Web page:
Argentina Bus Transportation ANDESMAR Autotransportes
Argentina is blessed with an elaborate public transportation system of long-haul intercity buses. In this vast country, people apparently think nothing of hopping on a bus and heading out for ten, twelve, even twenty-two hours across the Pampas or the wide open spaces of Patagonia.
When I heard that there is a regular schedule of high-end overnight “executive” service buses featuring “Cama Suites” with lay-flat seats similar to those found in first-class airline cabins, I was intrigued. I’m a great fan of overnight train travel and have sampled a wide variety of rolling stock, so I was curious to see how a bus would compare.
With the perhaps grudging consent of the beautiful and mysterious woman I travel with, I booked roundtrip passage to Mendoza, Argentina’s wine capital, a thirteen-hour journey with a one-way fare of about $100. Surprisingly, perhaps, in this day and age, there was little in-depth description of the experience available online, so I was uncertain what awaited us.
We arrived at Buenos Aires’ enormous Terminal de Omnibuses to a scene that was familiar from our travels in Mexico, just larger and tidier. There is a bewildering number and variety of buses arriving and departing at all hours and it seems no bus occupies a “plataforma” for more than about twenty minutes before loading up, heading out, and making room for the next.
We had chosen Andesmar, which I was told has a reputation as one of the country’s better carriers. I spotted an Andesmar office and was directed to the “sector” from which our bus would depart. TV monitors are regularly updated with information on which bus will depart from which platform. Departures are seldom announced more than fifteen minutes or so before the scheduled departure time. From what I saw, they do a remarkable job of staying on schedule.
Our bus was a spiffy blue double-decked monster and the check in routine is down to a science: show your ticket, proceed down the platform to check your bags in the bus’ luggage compartment (a two peso tip seems to be standard), then board the bus and find your assigned seat. Ours were on the upper level, which seems to be the preferred location.
The bottom level contains a large compartment for the driver, his assistant (do they catnap and trade off during the night?) and, I’m assuming, the bus’ steward. Of course, this level also houses the passenger entryway in which are located the single restroom (closer to what you’d find on a train than a plane) and the steward’s station. Behind this is seating, but I never got a look back there as the curtains are usually drawn tight. Immediately to your right as you enter is a narrow staircase that leads to the upper level.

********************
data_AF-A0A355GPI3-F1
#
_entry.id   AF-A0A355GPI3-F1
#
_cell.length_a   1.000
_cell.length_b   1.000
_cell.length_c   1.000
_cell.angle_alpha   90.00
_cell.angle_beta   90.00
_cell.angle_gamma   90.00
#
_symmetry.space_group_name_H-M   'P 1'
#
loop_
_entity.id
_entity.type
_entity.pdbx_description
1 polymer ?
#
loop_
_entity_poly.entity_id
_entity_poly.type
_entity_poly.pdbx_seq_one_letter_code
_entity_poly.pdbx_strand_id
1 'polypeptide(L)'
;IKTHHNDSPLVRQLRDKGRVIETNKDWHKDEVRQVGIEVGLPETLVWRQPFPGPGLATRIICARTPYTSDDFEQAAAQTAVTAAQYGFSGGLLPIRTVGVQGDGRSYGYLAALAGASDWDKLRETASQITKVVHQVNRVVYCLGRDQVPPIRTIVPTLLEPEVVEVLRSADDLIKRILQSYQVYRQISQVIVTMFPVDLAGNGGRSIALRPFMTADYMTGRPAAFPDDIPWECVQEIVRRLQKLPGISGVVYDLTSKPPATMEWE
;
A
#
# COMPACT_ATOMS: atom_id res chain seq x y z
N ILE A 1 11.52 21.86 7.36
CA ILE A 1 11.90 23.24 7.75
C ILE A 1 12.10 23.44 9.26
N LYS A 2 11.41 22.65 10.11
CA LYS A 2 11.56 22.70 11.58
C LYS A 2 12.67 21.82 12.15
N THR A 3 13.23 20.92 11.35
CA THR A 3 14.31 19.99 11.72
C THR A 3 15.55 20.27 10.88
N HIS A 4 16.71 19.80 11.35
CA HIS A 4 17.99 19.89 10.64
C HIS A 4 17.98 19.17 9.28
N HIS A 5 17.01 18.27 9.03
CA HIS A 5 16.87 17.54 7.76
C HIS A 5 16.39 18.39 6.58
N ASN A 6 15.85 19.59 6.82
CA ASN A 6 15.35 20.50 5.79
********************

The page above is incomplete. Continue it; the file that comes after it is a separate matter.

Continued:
The thirty seats on the upper level (there are six downstairs) are widely spaced in a two-one configuration across the aisle. The word “suite” used by many companies is somewhat misleading; seats are exposed to their neighbors as they would be on any bus, although curtains can be used to provide some screening if not absolute privacy when it comes time for “lights out.”
On board service is much like you would find on an airline with some notable differences. Both trips started with a game of Andesmar Bingo, led by the bus’ single steward, with a bottle of Norton Chardonnay as the prize.
Afterwards there are two movies viewed on overhead monitors, spaced in such a way that your ability to watch and enjoy is somewhat determined by where you are sitting. All the fare we saw was American with Spanish subtitles.
Unlike present-day airlines, Andesmar serves honest to God meals, dinner and breakfast. Dinner consists of two courses, a cold starter and a hot entrée. The good news is that there is complimentary wine, courtesy of Norton, and champagne to end the meal.
The bad news is that the food is awful to the point of being inedible. It made me think fondly of those long-ago airline meals that we used to hate. Remember? On the other hand, they provide cute little bibs that airlines might be wise to adopt. Bringing your own food aboard is not much of an option since storage space is at a minimum. Our solution was to plan a very late, very full lunch before the return trip. I would encourage you to do the same; then you can treat the meal service as a science experiment.
When it’s time to call it a night the seats actually do lie flat and the curtains cleverly Velcro together to block out most of light from street lamps and passing traffic. Still, I found that a sleep mask was a good idea. Pillows and blankets are provided. Remember when airlines did that?
Partitions between seats keep the feet of the person behind you at a respectable distance from your head. I’m five feet nine and it seems like that’s the upper limit for stretching out completely; anyone taller might feel somewhat cramped. Even so, the sleeping accommodations struck me as almost as comfortable as the first-class airplane digs that brought us to Buenos Aires. Andesmar’s buses are scrupulously clean and the service was attentive and professional.
That’s not to say the sleeping experience is ideal. There are bumps in the road, occasional mid-trip problems resulting, on our return trip, in loud banging, and balky air conditioning that can leave you bathed in sweat. Use your own self-knowledge of how well you sleep on planes to judge how you’ll fare on one of these buses.
These long-distance night buses are an excellent option for those touring Argentina on a budget, combining as they do transportation and one night’s lodging, with two lousy meals thrown in for lagniappe. If the first-class service offered by Andesmar and others is too rich for your blood, there are other options, such as “semi-cama” (literally “semi-bed”). You can even sit up all night if you’re on a backpacker’s budget. source : intrepidtravelogue.com
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